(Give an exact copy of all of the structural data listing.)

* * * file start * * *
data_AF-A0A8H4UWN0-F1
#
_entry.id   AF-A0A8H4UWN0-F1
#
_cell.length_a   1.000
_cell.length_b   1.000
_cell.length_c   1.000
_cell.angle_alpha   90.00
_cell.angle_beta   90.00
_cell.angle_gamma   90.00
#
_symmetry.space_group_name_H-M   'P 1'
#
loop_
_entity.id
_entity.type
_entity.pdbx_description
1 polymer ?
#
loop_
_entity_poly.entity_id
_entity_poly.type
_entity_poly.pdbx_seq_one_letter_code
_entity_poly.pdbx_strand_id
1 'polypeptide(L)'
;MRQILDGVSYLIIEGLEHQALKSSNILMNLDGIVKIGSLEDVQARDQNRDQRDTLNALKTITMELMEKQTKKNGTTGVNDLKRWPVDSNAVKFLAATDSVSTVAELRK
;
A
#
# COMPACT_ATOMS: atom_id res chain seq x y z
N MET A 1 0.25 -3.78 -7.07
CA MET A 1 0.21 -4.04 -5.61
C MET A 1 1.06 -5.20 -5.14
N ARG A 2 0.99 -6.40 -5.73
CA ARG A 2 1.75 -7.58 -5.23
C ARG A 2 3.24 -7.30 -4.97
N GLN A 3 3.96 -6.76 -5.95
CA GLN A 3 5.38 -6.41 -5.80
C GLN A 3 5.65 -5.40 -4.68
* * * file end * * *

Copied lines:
data_AF-A0A8H4UWN0-F1
#
_entry.id   AF-A0A8H4UWN0-F1
#
_cell.length_a   1.000
_cell.length_b   1.000
_cell.length_c   1.000
_cell.angle_alpha   90.00
_cell.angle_beta   90.00
_cell.angle_gamma   90.00
#
_symmetry.space_group_name_H-M   'P 1'
#
loop_
_entity.id
_entity.type
_entity.pdbx_description
1 polymer ?
#
loop_
_entity_poly.entity_id
_entity_poly.type
_entity_poly.pdbx_seq_one_letter_code
_entity_poly.pdbx_strand_id
1 'polypeptide(L)'
;MRQILDGVSYLIIEGLEHQALKSSNILMNLDGIVKIGSLEDVQARDQNRDQRDTLNALKTITMELMEKQTKKNGTTGVNDLKRWPVDSNAVKFLAATDSVSTVAELRK
;
A
#
# COMPACT_ATOMS: atom_id res chain seq x y z
N MET A 1 0.25 -3.78 -7.07
CA MET A 1 0.21 -4.04 -5.61
C MET A 1 1.06 -5.20 -5.14
N ARG A 2 0.99 -6.40 -5.73
CA ARG A 2 1.75 -7.58 -5.23
C ARG A 2 3.24 -7.30 -4.97
N GLN A 3 3.96 -6.76 -5.95
CA GLN A 3 5.38 -6.41 -5.80
C GLN A 3 5.65 -5.40 -4.68